Fatal collisions are on the rise in Canada, and compared to peer countries we are not doing well. In data drawn from the latest WHO reports, Canada has slipped from 28th to 31st place in the global rankings of per capita, per annum traffic deaths. In those same rankings we are likewise far behind countries with similar economies and climates in the number of fatalities per billion kilometers driven. That rate is 3.0 deaths for Norway, 3.8 for Sweden, and 5.1 for Canada. According to the latest (and late, 2018) numbers from Transport Canada, annual motor-vehicle-related fatalities are up 3.6% from the year before, to a rate of 5.2 deaths per million population.
How can roads be getting less safe for Canadians, at a time when when vehicle crashworthiness is progressing in leaps and bounds? One commonly-cited reason is the incidence of distracted driving behaviours threatening the life and limb of drivers and everyone around them.
Minister of Transport
House of Commons
K1A 0A6 email@example.com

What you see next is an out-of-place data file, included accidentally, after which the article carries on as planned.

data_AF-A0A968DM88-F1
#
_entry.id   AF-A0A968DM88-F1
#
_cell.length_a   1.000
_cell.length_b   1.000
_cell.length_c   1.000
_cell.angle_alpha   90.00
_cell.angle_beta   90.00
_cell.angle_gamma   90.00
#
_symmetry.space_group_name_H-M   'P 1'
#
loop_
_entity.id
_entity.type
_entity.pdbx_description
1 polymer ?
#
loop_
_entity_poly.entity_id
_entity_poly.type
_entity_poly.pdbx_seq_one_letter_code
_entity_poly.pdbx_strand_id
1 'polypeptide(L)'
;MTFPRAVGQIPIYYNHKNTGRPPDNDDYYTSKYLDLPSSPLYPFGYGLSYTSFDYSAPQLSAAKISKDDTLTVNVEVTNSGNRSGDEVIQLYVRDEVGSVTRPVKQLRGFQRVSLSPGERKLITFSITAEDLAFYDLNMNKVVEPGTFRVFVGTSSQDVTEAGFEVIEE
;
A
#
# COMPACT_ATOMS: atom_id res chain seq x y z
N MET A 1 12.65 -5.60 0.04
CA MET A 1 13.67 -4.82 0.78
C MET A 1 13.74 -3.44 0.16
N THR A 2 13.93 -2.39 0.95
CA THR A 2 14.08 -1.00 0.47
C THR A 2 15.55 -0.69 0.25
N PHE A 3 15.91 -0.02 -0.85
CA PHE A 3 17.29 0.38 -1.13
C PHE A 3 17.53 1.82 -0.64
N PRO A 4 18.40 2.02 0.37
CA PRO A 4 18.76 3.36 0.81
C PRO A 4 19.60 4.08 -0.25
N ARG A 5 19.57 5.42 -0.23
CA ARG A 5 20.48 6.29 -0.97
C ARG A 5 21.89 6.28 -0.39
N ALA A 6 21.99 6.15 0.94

February 25, 2020
Dear Minister Garneau:
Re: Stockholm Declaration and immediate actions needed to improve road safety outcomes in Canada.
We are writing you today as concerned road safety professionals and researchers regarding road safety in Canada. At the third Global Ministerial Conference on Road Safety held in Stockholm this month, a new declaration on road safety was endorsed to halve fatalities and injuries by 2030.1
We wish to draw to your attention the fact that Canada ranks sixteenth in international road safety performance, with best performing countries such as Norway having less than one-half the road fatalities of Canada. If Canada were to achieve the road fatality rate of Norway, we would save over one thousand lives every year. Best performing countries have not always had good safety performance but enjoy good performance because they have given road safety the priority it needs.
In contrast, the Canadian approach to road safety has not been sufficient to provide Canada with the lowest possible levels of road trauma. Continue reading →
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